Over the past two years, we enacted the middle-class tax cut that reduced income tax rates to the lowest level in 58 years, put in place the historic property tax cap that already has produced major savings for homeowners, implemented billions of dollars of new mandate relief to help put the brakes on skyrocketing local property taxes, and eliminated the sales taxes on many of the clothing purchases to help family budgets.
We also reduced taxes on many small businesses and manufacturers so we can retain and create more jobs.
My Senate majority passed a comprehensive job creation package of bills that will put more people back to work. Assemblyman Andrew Goodell strongly supports these initiatives, but Speaker Sheldon Silver is blocking their passage in the Assembly. I will continue to work to get these common-sense, pro-growth policies put in place, and I appreciate Assemblyman Goodell's leadership in championing the cause of economic revitalization.
The NRG project is crucial to Dunkirk and the entire region's future, and I am leading the charge to repower the plant. This initiative would save the local tax base, put 500 people to work for three years while building the new plant, reduce emissions up to 99 percent, maintain electricity system reliability for Western New York and complement renewable development. Right now, I am spearheading a petition drive to try to convince Gov. Cuomo to support our efforts, and the community outpouring of support is amazing and truly appreciated.
Strengthening our agriculture industry is another priority. We restored agriculture funding in the state budget after it was decimated by downstate lawmakers, and we are putting in place initiatives to grow the wine and grape, dairy and other agricultural-related industries.
As chair of the bi-partisan Rural Resources Commission, we are putting forward policies that improve access to quality health care. We are working to solve the health care professional shortage, especially with doctors and dentists, and we are implementing initiatives through Telehealth that allow seniors to have a better quality of care and life by staying in their homes longer, while saving taxpayer money. It is a win-win.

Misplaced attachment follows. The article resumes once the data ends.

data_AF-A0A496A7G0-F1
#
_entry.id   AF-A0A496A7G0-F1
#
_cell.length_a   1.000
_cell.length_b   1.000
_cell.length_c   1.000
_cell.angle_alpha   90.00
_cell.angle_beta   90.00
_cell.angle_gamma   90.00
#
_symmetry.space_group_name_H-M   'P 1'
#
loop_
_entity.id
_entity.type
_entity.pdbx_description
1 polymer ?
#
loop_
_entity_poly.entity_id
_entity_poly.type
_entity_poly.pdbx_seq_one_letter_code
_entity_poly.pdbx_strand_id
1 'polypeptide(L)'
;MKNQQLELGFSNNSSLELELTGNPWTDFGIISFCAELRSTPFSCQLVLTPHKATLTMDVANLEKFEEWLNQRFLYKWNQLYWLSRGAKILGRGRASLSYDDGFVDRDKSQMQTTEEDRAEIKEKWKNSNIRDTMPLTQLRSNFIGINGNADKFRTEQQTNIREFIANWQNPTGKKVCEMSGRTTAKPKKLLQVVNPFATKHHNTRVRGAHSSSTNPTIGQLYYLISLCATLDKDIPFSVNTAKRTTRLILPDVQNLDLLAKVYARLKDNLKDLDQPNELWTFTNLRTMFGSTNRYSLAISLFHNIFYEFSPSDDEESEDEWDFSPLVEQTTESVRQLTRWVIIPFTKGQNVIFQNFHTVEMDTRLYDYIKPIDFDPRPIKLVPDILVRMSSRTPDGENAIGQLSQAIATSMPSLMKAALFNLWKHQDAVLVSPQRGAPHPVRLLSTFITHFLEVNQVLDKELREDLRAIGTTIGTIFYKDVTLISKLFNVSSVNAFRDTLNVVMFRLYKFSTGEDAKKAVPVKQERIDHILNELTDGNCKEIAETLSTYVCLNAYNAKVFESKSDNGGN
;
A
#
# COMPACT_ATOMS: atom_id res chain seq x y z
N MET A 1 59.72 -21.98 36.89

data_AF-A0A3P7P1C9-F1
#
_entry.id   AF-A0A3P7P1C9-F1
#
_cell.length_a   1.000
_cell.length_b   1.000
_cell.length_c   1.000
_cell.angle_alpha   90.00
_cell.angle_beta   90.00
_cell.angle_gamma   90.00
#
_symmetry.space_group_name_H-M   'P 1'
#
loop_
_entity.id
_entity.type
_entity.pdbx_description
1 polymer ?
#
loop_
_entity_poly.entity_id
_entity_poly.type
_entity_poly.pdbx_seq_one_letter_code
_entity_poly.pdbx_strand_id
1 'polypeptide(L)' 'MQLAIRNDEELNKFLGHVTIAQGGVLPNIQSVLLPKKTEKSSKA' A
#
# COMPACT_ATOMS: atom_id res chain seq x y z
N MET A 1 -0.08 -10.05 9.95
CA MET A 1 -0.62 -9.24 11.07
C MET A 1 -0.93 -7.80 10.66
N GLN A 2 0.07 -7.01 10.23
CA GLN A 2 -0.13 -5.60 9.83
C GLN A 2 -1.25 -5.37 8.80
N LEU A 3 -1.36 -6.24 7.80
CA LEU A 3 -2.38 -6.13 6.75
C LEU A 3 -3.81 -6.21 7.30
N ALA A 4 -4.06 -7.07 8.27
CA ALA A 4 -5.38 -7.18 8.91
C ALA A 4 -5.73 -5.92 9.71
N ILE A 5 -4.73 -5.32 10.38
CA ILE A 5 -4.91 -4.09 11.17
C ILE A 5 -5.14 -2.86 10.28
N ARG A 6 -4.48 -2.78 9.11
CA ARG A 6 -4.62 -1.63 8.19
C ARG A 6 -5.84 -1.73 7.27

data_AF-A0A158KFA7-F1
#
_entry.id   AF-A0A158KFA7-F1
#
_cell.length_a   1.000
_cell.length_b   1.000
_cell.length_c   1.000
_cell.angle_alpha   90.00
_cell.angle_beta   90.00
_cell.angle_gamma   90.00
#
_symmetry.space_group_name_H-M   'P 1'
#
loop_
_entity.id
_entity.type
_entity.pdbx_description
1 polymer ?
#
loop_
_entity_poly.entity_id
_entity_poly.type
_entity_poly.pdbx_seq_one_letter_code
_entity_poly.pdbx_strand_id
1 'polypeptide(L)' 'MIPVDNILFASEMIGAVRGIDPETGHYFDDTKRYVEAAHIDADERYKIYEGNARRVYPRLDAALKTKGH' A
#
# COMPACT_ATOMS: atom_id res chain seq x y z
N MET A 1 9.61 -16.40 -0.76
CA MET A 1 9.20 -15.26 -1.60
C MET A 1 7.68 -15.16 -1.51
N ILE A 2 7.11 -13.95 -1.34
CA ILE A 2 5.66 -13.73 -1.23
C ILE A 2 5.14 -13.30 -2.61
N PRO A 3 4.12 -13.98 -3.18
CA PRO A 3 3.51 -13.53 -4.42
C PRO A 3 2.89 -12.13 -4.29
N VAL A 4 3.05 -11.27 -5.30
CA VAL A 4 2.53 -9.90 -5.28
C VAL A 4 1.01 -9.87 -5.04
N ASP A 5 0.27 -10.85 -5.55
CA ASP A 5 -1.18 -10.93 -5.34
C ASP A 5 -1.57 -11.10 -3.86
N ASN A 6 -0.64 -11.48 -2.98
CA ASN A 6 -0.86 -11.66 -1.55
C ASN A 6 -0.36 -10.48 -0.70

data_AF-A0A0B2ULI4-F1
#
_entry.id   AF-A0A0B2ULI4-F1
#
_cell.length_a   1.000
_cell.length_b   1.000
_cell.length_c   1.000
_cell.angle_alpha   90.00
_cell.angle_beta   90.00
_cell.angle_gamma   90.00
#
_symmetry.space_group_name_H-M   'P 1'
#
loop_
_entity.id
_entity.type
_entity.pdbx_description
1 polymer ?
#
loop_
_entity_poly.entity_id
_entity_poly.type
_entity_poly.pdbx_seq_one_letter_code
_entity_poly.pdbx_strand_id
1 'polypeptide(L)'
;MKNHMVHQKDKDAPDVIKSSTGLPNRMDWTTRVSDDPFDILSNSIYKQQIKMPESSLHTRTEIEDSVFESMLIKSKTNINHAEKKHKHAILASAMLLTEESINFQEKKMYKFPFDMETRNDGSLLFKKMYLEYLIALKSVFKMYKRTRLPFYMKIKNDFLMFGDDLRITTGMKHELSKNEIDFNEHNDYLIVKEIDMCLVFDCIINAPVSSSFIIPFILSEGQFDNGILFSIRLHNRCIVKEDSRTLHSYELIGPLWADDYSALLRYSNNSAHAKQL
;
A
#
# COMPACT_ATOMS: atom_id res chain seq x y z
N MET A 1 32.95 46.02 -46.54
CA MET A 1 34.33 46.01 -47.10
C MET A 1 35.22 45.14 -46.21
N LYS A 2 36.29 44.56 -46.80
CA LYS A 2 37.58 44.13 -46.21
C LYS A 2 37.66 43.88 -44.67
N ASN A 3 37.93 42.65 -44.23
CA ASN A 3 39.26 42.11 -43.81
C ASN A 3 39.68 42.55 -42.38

Q: What issue or issues do you want to focus on in your next term that you might not have started dealing with yet?
A: The cap that we successfully placed on Medicaid growth will save local governments $1.17 billion over the next five years. I sponsor a bill that would have the state gradually take over the local share of Medicaid that pays for our residents' health care needs, so that we can continue to help area taxpayers. There are many other mandate relief items that must be passed so we can reduce the size of the mammoth government in our state.
A tax abatement that provides incentives for private sector investment in our downtowns is another economic development tool that I was able to negotiate into the state budget. Unfortunately, many downtowns across Upstate have seen better days, becoming blighted and falling into disrepair. We have seen great success in using tax abatements to restore beautiful historic buildings and grow small businesses in downtowns in Livingston County. I am working to spread the word about this new incentive so that more communities can take advantage of the economic revitalization that results from this law.
My focus on turning the state around through more jobs and economic opportunities, tax relief and welfare and Medicaid reform will continue in my next term.